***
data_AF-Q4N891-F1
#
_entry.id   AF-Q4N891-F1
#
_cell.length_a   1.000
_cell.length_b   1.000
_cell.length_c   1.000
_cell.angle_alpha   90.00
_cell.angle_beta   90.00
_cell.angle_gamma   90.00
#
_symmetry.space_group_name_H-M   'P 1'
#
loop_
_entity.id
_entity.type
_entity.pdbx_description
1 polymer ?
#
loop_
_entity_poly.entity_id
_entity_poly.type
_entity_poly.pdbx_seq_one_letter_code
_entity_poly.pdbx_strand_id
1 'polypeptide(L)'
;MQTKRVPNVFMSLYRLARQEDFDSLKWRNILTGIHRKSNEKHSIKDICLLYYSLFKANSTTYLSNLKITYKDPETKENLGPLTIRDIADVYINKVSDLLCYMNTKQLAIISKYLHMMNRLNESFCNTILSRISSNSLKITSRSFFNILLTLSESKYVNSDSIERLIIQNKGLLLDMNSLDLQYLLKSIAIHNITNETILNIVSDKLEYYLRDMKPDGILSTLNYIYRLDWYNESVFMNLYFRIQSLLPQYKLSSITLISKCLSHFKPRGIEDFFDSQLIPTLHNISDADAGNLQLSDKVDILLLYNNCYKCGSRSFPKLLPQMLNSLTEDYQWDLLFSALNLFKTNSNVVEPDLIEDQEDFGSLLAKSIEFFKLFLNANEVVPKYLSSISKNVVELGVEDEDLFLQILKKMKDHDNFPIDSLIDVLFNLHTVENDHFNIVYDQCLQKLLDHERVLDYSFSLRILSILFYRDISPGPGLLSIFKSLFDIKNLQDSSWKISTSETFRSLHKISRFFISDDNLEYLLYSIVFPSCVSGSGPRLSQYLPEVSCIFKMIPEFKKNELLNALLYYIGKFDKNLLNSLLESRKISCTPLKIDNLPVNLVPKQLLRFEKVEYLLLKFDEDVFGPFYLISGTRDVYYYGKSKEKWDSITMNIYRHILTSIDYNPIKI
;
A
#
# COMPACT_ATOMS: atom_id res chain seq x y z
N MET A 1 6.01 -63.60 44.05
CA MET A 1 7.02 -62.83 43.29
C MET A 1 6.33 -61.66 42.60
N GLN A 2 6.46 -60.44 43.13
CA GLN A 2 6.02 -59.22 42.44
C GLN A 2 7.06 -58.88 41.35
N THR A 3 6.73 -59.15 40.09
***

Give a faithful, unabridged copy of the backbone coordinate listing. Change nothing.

data_AF-Q4N891-F1
#
_entry.id   AF-Q4N891-F1
#
_cell.length_a   1.000
_cell.length_b   1.000
_cell.length_c   1.000
_cell.angle_alpha   90.00
_cell.angle_beta   90.00
_cell.angle_gamma   90.00
#
_symmetry.space_group_name_H-M   'P 1'
#
loop_
_entity.id
_entity.type
_entity.pdbx_description
1 polymer ?
#
loop_
_entity_poly.entity_id
_entity_poly.type
_entity_poly.pdbx_seq_one_letter_code
_entity_poly.pdbx_strand_id
1 'polypeptide(L)'
;MQTKRVPNVFMSLYRLARQEDFDSLKWRNILTGIHRKSNEKHSIKDICLLYYSLFKANSTTYLSNLKITYKDPETKENLGPLTIRDIADVYINKVSDLLCYMNTKQLAIISKYLHMMNRLNESFCNTILSRISSNSLKITSRSFFNILLTLSESKYVNSDSIERLIIQNKGLLLDMNSLDLQYLLKSIAIHNITNETILNIVSDKLEYYLRDMKPDGILSTLNYIYRLDWYNESVFMNLYFRIQSLLPQYKLSSITLISKCLSHFKPRGIEDFFDSQLIPTLHNISDADAGNLQLSDKVDILLLYNNCYKCGSRSFPKLLPQMLNSLTEDYQWDLLFSALNLFKTNSNVVEPDLIEDQEDFGSLLAKSIEFFKLFLNANEVVPKYLSSISKNVVELGVEDEDLFLQILKKMKDHDNFPIDSLIDVLFNLHTVENDHFNIVYDQCLQKLLDHERVLDYSFSLRILSILFYRDISPGPGLLSIFKSLFDIKNLQDSSWKISTSETFRSLHKISRFFISDDNLEYLLYSIVFPSCVSGSGPRLSQYLPEVSCIFKMIPEFKKNELLNALLYYIGKFDKNLLNSLLESRKISCTPLKIDNLPVNLVPKQLLRFEKVEYLLLKFDEDVFGPFYLISGTRDVYYYGKSKEKWDSITMNIYRHILTSIDYNPIKI
;
A
#
# COMPACT_ATOMS: atom_id res chain seq x y z
N MET A 1 6.01 -63.60 44.05
CA MET A 1 7.02 -62.83 43.29
C MET A 1 6.33 -61.66 42.60
N GLN A 2 6.46 -60.44 43.13
CA GLN A 2 6.02 -59.22 42.44
C GLN A 2 7.06 -58.88 41.35
N THR A 3 6.73 -59.15 40.09